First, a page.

if you want to find out more detailed info , get in contact with me either by pming me a daytime phone number where i can call you , or contacting my shop for this info. be happy to explain it out in detail to you , but to do it completely in here would take a lot of typing and a lot of space
  7. bret4

    bret4 New Member

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    That's interseting Mike. One day I will have to get on the phone with you and get more info on how I can fine tune it a bit. For now I am having fun trying things out with small adjustments to see what it does. So far I am seeing that the Factory settings are not bad and I may just end up back with them in the end. Cutting back to save a little fuel may not be worth the extra soot that may build up due to the low fire when the thermostat kicks it back to the number 1 setting.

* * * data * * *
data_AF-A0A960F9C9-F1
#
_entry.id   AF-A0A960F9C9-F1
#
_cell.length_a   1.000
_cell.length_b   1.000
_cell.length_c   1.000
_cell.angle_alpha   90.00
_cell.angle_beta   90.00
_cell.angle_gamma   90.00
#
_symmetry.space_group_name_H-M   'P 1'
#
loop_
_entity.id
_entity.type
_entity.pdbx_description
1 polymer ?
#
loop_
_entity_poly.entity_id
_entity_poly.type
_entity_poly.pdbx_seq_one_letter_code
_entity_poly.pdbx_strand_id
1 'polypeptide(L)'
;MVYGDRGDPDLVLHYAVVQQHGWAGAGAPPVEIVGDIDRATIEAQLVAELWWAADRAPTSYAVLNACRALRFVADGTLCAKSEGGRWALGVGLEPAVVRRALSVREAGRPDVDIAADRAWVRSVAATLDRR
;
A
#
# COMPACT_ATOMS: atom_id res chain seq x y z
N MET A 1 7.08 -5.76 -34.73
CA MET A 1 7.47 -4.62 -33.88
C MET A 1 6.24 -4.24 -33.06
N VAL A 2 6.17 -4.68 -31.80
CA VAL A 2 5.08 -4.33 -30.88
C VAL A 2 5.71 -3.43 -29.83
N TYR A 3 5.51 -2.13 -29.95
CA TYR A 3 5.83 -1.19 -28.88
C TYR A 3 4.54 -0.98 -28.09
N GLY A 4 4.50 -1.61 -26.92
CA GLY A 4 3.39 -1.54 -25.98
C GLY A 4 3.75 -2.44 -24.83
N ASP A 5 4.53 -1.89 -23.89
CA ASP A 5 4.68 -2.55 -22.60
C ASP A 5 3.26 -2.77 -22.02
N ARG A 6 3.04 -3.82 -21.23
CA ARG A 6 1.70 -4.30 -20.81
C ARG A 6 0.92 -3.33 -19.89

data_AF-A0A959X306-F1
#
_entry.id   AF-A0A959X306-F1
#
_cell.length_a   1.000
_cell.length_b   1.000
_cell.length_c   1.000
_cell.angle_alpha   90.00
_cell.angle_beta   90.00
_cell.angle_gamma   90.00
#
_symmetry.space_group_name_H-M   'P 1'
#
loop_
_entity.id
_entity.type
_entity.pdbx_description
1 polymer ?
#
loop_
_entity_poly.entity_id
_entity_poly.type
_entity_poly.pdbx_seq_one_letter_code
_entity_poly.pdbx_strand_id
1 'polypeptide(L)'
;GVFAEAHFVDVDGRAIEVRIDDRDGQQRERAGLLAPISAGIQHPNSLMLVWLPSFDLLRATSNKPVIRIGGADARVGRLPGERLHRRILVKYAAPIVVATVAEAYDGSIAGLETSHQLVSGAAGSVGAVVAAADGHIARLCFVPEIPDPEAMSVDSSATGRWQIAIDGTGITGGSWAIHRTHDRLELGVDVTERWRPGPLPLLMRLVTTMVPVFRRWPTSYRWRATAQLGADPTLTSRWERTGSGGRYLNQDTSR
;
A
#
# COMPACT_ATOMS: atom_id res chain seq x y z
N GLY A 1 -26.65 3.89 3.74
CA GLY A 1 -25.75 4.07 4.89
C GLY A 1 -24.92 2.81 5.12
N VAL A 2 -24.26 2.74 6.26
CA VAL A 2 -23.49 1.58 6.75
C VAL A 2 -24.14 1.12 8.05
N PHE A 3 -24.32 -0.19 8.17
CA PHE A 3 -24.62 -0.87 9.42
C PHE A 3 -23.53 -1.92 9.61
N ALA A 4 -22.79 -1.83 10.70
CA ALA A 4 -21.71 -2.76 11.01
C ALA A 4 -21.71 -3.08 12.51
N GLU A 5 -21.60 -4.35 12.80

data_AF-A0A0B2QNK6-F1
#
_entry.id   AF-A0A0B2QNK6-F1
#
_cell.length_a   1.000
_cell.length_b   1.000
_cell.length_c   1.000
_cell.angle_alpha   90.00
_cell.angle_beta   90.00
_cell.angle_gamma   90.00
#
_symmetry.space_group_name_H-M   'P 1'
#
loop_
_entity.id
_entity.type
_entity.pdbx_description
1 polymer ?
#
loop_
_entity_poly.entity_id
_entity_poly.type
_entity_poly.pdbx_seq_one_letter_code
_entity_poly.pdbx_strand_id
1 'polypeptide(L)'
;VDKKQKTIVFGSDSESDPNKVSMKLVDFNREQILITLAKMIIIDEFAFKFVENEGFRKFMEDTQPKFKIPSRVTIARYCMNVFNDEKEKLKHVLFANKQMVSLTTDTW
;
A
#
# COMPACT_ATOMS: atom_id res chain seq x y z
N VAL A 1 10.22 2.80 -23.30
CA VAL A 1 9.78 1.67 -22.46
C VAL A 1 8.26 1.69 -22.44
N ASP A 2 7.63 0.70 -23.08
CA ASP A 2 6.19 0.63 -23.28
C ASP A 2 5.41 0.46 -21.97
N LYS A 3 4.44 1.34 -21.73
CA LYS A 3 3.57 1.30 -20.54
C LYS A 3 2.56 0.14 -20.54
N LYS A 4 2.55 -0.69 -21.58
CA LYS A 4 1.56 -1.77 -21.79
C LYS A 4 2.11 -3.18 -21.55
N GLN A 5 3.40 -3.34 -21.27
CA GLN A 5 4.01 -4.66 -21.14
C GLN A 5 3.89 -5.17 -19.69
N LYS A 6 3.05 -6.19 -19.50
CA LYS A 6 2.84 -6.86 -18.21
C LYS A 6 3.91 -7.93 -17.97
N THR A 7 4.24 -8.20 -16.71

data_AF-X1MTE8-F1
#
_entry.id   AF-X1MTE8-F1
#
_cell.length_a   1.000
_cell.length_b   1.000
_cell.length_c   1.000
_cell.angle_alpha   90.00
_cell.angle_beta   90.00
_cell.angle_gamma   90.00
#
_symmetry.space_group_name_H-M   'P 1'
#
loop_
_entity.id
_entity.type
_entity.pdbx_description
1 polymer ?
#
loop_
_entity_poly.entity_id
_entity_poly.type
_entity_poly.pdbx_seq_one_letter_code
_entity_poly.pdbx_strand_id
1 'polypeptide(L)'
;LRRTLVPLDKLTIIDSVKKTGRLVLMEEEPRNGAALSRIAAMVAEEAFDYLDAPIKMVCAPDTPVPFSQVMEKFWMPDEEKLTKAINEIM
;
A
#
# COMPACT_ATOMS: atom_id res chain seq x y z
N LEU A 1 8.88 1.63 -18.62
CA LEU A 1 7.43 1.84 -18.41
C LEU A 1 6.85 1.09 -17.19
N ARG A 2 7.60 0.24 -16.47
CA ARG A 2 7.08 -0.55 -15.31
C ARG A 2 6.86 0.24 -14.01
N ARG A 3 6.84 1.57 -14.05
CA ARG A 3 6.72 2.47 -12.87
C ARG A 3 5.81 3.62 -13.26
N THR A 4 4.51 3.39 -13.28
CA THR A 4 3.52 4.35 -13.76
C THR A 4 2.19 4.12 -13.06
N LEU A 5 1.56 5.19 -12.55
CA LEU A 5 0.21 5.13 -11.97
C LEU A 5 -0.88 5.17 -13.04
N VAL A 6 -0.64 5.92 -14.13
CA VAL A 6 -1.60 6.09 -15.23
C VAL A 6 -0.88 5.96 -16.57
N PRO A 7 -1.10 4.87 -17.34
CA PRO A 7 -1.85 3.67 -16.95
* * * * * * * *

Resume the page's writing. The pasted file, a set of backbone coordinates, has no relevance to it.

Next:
Just hooked up the thermostat today and really like how it holds the temp right where I set it. Really nice feature!
  8. stoveguy2esw

    stoveguy2esw Minister of Fire

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    depends on timing, think of it this way , you get say...5 pellets in a dump of the auger (just to use a number) the exhaust blower is running on the default setting pulling (say for ease of math 100 cfm (it aint but...)) ok this setting will burn the 5 pellets completely in say 1 minute.

    ok , if you lower the LFF by 1 setting , then you get 4 pellets and at the air setting they burn in 45 seconds,